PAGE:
Egyptian archaeologists have discovered the ruins of a Greco-Roman temple in the Libyan desert, about 300 kilometers south of the Mediterranean coast. The specialists found the front of the building, the entrance, part of the front yard and the remains of the basement.
During the excavations, ancient artifacts were discovered: ceramic vessels, coins, fragments depicting male sculptures, calcareous lion statues and pillars. The architectural elements were decorated with drawings and bas-reliefs with Greco-Roman motifs, in particular, ionics – ornaments from egg-shaped forms, separated by “arrows”. The temple itself dates from the year 200 BC to 300 AD.
According to scientists, the discovery will allow to learn more about the development of culture in the oasis of Siva, which is located 50 kilometers from the site of excavations and 560 kilometers from Cairo. Oasis is an isolated human settlement, in which currently live 23 thousand people. It is believed that people have lived here for 12 thousand years, but the first mention dates back to the reign of the Third Transitional Period in the history of Egypt (1075-656 BC).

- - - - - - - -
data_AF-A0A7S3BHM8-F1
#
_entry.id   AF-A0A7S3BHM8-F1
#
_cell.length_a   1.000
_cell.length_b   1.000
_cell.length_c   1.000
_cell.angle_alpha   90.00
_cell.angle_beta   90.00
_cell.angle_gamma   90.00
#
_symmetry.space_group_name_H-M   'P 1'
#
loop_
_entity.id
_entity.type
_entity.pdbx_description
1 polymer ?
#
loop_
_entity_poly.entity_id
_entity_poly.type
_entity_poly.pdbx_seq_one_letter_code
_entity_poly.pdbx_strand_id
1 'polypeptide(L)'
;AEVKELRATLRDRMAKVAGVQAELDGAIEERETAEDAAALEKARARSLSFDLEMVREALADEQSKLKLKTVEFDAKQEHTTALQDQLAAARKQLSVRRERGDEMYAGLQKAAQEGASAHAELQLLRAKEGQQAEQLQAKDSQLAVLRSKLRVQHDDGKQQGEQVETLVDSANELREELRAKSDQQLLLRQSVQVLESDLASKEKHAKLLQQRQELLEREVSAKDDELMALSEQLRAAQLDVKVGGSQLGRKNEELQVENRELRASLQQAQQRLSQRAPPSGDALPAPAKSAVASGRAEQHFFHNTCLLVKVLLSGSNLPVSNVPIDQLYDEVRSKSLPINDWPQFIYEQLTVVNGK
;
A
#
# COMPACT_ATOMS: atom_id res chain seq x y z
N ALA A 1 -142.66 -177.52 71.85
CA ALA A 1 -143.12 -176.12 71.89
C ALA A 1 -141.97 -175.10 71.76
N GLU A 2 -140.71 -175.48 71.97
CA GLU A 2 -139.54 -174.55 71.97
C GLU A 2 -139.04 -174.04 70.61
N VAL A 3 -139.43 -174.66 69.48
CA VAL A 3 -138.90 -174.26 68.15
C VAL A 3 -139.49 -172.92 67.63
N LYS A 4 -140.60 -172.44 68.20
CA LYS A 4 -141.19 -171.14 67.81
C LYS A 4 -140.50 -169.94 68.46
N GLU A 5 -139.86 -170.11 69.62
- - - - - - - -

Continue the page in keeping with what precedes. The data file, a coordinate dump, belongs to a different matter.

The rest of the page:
Since temples usually became centers of settlements, archaeologists believe that further excavations will allow finding priests’ homes and find out why the temple was built in Greco-Roman style. During the Hellenistic and Roman cultures, people usually built temples, traditional for Ancient Egypt.